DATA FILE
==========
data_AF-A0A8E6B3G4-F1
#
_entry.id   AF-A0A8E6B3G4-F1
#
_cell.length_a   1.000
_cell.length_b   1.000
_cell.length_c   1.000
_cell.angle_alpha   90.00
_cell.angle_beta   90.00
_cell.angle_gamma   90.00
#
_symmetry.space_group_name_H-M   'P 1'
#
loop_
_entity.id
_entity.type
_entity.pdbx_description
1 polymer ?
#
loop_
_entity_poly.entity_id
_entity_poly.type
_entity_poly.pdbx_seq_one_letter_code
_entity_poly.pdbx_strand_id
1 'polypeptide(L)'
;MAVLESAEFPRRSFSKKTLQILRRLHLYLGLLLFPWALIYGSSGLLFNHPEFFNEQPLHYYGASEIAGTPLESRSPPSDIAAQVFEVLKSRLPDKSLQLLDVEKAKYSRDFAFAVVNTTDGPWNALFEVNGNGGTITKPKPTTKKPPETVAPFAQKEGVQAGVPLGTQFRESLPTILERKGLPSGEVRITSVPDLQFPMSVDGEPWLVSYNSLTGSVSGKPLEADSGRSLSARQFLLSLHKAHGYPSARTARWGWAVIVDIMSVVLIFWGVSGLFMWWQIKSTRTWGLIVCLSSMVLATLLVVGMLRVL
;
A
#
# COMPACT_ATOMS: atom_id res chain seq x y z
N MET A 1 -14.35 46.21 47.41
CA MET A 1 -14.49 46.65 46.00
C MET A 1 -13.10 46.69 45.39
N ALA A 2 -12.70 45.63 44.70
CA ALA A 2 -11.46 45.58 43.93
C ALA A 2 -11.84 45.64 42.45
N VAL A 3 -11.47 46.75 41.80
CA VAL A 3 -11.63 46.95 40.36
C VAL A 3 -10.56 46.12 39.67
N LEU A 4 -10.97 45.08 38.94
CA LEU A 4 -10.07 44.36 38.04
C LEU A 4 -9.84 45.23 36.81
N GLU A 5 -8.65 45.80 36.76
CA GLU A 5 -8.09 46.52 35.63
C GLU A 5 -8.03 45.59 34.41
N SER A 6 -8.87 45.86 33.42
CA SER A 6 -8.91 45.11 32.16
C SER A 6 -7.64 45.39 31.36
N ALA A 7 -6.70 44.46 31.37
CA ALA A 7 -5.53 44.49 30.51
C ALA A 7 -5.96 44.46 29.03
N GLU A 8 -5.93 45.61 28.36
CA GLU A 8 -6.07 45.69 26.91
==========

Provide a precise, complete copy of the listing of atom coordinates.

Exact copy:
data_AF-A0A8E6B3G4-F1
#
_entry.id   AF-A0A8E6B3G4-F1
#
_cell.length_a   1.000
_cell.length_b   1.000
_cell.length_c   1.000
_cell.angle_alpha   90.00
_cell.angle_beta   90.00
_cell.angle_gamma   90.00
#
_symmetry.space_group_name_H-M   'P 1'
#
loop_
_entity.id
_entity.type
_entity.pdbx_description
1 polymer ?
#
loop_
_entity_poly.entity_id
_entity_poly.type
_entity_poly.pdbx_seq_one_letter_code
_entity_poly.pdbx_strand_id
1 'polypeptide(L)'
;MAVLESAEFPRRSFSKKTLQILRRLHLYLGLLLFPWALIYGSSGLLFNHPEFFNEQPLHYYGASEIAGTPLESRSPPSDIAAQVFEVLKSRLPDKSLQLLDVEKAKYSRDFAFAVVNTTDGPWNALFEVNGNGGTITKPKPTTKKPPETVAPFAQKEGVQAGVPLGTQFRESLPTILERKGLPSGEVRITSVPDLQFPMSVDGEPWLVSYNSLTGSVSGKPLEADSGRSLSARQFLLSLHKAHGYPSARTARWGWAVIVDIMSVVLIFWGVSGLFMWWQIKSTRTWGLIVCLSSMVLATLLVVGMLRVL
;
A
#
# COMPACT_ATOMS: atom_id res chain seq x y z
N MET A 1 -14.35 46.21 47.41
CA MET A 1 -14.49 46.65 46.00
C MET A 1 -13.10 46.69 45.39
N ALA A 2 -12.70 45.63 44.70
CA ALA A 2 -11.46 45.58 43.93
C ALA A 2 -11.84 45.64 42.45
N VAL A 3 -11.47 46.75 41.80
CA VAL A 3 -11.63 46.95 40.36
C VAL A 3 -10.56 46.12 39.67
N LEU A 4 -10.97 45.08 38.94
CA LEU A 4 -10.07 44.36 38.04
C LEU A 4 -9.84 45.23 36.81
N GLU A 5 -8.65 45.80 36.76
CA GLU A 5 -8.09 46.52 35.63
C GLU A 5 -8.03 45.59 34.41
N SER A 6 -8.87 45.86 33.42
CA SER A 6 -8.91 45.11 32.16
C SER A 6 -7.64 45.39 31.36
N ALA A 7 -6.70 44.46 31.37
CA ALA A 7 -5.53 44.49 30.51
C ALA A 7 -5.96 44.46 29.03
N GLU A 8 -5.93 45.61 28.36
CA GLU A 8 -6.07 45.69 26.91